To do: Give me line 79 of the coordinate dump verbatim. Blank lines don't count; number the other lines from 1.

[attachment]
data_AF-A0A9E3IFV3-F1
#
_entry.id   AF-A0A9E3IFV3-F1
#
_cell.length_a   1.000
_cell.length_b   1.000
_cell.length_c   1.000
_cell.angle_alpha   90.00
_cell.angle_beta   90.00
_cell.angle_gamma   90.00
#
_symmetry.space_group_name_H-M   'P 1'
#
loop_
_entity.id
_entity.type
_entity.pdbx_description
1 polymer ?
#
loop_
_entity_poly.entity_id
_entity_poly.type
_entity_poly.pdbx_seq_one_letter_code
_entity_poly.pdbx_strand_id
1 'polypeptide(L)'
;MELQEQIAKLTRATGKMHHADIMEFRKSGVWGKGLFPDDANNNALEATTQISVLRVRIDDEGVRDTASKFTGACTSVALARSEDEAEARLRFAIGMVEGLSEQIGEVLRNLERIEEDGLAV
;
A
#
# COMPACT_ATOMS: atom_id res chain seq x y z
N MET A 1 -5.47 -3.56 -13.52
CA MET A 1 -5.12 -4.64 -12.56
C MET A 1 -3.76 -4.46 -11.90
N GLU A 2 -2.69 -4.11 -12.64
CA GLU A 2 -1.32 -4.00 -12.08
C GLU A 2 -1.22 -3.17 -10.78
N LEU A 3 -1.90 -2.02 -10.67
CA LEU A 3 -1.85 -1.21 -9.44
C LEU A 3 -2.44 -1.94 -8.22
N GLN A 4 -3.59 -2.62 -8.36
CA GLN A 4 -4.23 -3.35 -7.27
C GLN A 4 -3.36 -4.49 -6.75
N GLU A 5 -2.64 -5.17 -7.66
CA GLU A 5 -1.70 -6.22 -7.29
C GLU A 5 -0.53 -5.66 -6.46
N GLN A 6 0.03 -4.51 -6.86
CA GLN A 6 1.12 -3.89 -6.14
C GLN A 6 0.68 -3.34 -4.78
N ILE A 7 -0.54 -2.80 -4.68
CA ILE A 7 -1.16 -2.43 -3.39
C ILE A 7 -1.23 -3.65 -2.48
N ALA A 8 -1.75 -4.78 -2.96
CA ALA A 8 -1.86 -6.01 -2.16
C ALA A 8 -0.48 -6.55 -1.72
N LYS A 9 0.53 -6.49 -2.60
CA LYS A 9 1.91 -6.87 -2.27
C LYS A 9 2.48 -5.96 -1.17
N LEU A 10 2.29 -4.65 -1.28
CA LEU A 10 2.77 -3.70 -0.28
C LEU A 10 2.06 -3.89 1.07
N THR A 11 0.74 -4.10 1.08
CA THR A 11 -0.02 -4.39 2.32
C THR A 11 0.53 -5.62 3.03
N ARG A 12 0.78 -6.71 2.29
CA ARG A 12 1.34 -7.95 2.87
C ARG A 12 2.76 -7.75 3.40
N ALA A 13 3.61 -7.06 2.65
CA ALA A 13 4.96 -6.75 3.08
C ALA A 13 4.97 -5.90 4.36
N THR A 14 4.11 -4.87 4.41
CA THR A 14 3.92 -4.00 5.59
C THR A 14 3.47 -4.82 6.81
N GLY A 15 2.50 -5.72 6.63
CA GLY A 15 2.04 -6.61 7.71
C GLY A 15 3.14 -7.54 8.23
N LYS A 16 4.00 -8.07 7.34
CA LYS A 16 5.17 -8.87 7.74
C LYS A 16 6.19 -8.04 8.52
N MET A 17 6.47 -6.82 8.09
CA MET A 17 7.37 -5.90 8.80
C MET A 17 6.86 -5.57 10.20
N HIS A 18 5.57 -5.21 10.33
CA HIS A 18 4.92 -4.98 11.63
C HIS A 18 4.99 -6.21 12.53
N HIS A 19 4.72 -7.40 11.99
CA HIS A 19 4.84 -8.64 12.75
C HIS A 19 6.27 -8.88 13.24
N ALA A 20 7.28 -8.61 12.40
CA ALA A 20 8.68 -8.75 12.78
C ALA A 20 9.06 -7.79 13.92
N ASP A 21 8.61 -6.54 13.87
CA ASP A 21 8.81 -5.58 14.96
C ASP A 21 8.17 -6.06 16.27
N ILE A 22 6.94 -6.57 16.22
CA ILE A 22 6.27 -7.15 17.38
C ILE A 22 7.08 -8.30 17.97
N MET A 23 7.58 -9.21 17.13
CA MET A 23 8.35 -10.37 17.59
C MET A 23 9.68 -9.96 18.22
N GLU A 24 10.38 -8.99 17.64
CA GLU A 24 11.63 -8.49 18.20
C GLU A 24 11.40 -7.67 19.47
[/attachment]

N MET A 17 6.47 -6.82 8.09